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Lecture 2

CHYS 1F90 Lecture 2: L2- Genetics & Prenatal Development

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Brock University
Child and Youth Studies
Dawn Zinga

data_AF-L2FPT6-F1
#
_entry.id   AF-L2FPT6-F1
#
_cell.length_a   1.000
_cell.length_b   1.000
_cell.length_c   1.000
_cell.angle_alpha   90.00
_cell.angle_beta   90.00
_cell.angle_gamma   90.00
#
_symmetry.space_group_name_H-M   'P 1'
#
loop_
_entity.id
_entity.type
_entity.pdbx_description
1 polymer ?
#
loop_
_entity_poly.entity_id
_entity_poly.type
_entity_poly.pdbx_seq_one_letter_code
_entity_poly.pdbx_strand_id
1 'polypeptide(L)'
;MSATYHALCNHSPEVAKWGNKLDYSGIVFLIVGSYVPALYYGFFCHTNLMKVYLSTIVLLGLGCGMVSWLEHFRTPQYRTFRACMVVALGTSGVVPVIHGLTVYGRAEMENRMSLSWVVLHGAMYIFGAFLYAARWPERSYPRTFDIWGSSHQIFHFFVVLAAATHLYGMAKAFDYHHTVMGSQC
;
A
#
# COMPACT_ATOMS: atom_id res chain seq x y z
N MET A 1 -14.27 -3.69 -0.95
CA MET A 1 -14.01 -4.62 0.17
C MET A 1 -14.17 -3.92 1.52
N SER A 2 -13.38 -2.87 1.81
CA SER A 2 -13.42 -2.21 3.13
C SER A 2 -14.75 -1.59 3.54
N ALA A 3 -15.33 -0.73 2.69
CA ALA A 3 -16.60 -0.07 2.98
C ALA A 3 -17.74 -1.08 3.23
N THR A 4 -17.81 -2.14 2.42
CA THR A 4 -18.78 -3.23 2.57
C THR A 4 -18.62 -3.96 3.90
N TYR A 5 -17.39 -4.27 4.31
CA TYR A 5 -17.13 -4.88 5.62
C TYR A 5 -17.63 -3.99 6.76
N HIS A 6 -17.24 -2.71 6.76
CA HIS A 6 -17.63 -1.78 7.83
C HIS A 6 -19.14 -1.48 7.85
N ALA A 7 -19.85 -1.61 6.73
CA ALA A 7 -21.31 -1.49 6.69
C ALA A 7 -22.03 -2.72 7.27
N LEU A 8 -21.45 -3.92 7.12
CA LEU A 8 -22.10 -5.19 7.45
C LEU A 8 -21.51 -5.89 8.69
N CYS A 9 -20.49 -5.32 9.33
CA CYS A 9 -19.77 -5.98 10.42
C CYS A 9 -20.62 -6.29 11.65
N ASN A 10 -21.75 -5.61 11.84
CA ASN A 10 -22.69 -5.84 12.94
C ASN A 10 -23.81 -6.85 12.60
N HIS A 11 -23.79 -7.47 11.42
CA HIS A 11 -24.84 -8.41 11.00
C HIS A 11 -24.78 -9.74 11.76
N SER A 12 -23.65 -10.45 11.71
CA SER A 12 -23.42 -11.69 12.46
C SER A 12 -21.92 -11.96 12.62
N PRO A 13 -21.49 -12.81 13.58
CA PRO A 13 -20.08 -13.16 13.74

How can genetics and brain development help us understand children and youth? September 16, 2016 What makes us who we are? Human genome- Genetic Predisposition It is an increased likelihood of developing a particular disease based on a person’s genetic makeup; what we carry Phenotype The outward physical manifestation of our genotype, which is the internally coded inheritable information; what we express You are carrying things that some times cannot see all the genetic makeup of a person; example I may have brown eyes but a close family member has blue eyes therefore I carry the blue eye gene Genetics Each chromosomes contains genes Sections of chromosomes Made up of DNA The chemical code for development Direct production of amino acids necessary for forming new cells Guides cells to develop different parts of the body How one combines those building blocks; the genome tells the DNA how to construct the species Behavioral Genetics Heritability Amount of variability in a trait that is attributed to hereditary influence Methods to determine heritability Selective breeding experiments (animals) Tryon’s ‘maze bright’ and ‘maze dull’ rats Family studies Compare members of family who live together Genotype(inherited genes)- is expressed through- Phenotype (observable characteristics & behaviours) The more similar they look the more they want to differentiate when raised together Because of not having the other twin to react to…therefore they have the opportunity to follow their genetics a bit closer because there is no reason to resist it while when living with your twin one wants to be viewed different from the other. They therefore push away genetics or maybe not follow it as closely The circumstance for them being available for the adoption Age the child was placed So many variables come into play therefore makes it more complicated to see if adopted children are more similar to their biological parents or adopted parents Passive Occurs when biological parents raise child Decrease in influence overtime Inseparable effects of genetics and environment Promotes similarities in siblings Example- reading, music Depends on the exposure that one has been in; if one was raised together you shared the same environment Evocative Affect behaviour of others in environment Child’s genotype elicits responses from others Presumable remains constant ‘Unshared’ environment- increases differences among siblings Example- irritable vs. well-tempered One evokes responses with others; what you evoke from the environment; how you react to the environment Active Actively select comfortable environments Different genotypes attracted to environments Results in different experiences Also referred to as Niche-Picking Increases in influence over time Children in the same home may become increasingly different Example- identical twins reared apart may become increasingly similar because they do not pick the same niches Prenatal Development Going back to the beginning – conception Mitosis Two sets of chromosomes- creates one cell- duplicated- replicates Germinal Period, aka the period of the zygote From conception to implantation in uterine wall Period of the Embryos From week 3 to week8 Period of the Fetus From week 9 to birth Environmental factors that affect prenatal development Teratogens Agents such as viruses, drugs, chemicals, radiation that can harm developing fetus Maternal Characteristics Nutrition, emotional well-being, age Each developing structure has a sensitive period A time when it is particularly susceptible to damage teratogens Recall rapid development during embryonic period Once fully formed, parts are less susceptible to damage Development of the Brain Neurons are basic units of the brain Transmit information via synapses Synaptogenesis proceeds rapidly Establish
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